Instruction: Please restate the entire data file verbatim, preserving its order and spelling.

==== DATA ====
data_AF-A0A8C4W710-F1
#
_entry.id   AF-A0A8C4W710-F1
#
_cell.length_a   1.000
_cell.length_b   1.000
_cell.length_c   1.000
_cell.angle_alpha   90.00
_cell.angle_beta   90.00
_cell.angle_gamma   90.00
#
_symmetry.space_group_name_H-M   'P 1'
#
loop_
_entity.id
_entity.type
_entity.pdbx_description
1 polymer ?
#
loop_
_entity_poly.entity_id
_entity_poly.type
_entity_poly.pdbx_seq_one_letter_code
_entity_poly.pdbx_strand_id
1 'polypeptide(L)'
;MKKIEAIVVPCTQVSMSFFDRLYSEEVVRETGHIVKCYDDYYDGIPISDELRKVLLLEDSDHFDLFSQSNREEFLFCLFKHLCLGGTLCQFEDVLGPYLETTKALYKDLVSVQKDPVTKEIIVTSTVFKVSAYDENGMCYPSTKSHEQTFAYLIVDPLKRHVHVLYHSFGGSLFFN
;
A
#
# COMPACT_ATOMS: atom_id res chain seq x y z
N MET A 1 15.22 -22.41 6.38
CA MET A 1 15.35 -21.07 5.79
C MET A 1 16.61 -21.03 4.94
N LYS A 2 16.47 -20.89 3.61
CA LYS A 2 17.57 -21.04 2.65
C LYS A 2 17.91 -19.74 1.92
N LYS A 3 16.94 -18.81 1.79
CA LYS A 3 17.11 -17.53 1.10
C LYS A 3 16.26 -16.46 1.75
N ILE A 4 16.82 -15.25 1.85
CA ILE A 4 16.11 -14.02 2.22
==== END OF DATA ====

data_AF-A0A8C4W710-F1
#
_entry.id   AF-A0A8C4W710-F1
#
_cell.length_a   1.000
_cell.length_b   1.000
_cell.length_c   1.000
_cell.angle_alpha   90.00
_cell.angle_beta   90.00
_cell.angle_gamma   90.00
#
_symmetry.space_group_name_H-M   'P 1'
#
loop_
_entity.id
_entity.type
_entity.pdbx_description
1 polymer ?
#
loop_
_entity_poly.entity_id
_entity_poly.type
_entity_poly.pdbx_seq_one_letter_code
_entity_poly.pdbx_strand_id
1 'polypeptide(L)'
;MKKIEAIVVPCTQVSMSFFDRLYSEEVVRETGHIVKCYDDYYDGIPISDELRKVLLLEDSDHFDLFSQSNREEFLFCLFKHLCLGGTLCQFEDVLGPYLETTKALYKDLVSVQKDPVTKEIIVTSTVFKVSAYDENGMCYPSTKSHEQTFAYLIVDPLKRHVHVLYHSFGGSLFFN
;
A
#
# COMPACT_ATOMS: atom_id res chain seq x y z
N MET A 1 15.22 -22.41 6.38
CA MET A 1 15.35 -21.07 5.79
C MET A 1 16.61 -21.03 4.94
N LYS A 2 16.47 -20.89 3.61
CA LYS A 2 17.57 -21.04 2.65
C LYS A 2 17.91 -19.74 1.92
N LYS A 3 16.94 -18.81 1.79
CA LYS A 3 17.11 -17.53 1.10
C LYS A 3 16.26 -16.46 1.75
N ILE A 4 16.82 -15.25 1.85
CA ILE A 4 16.11 -14.02 2.22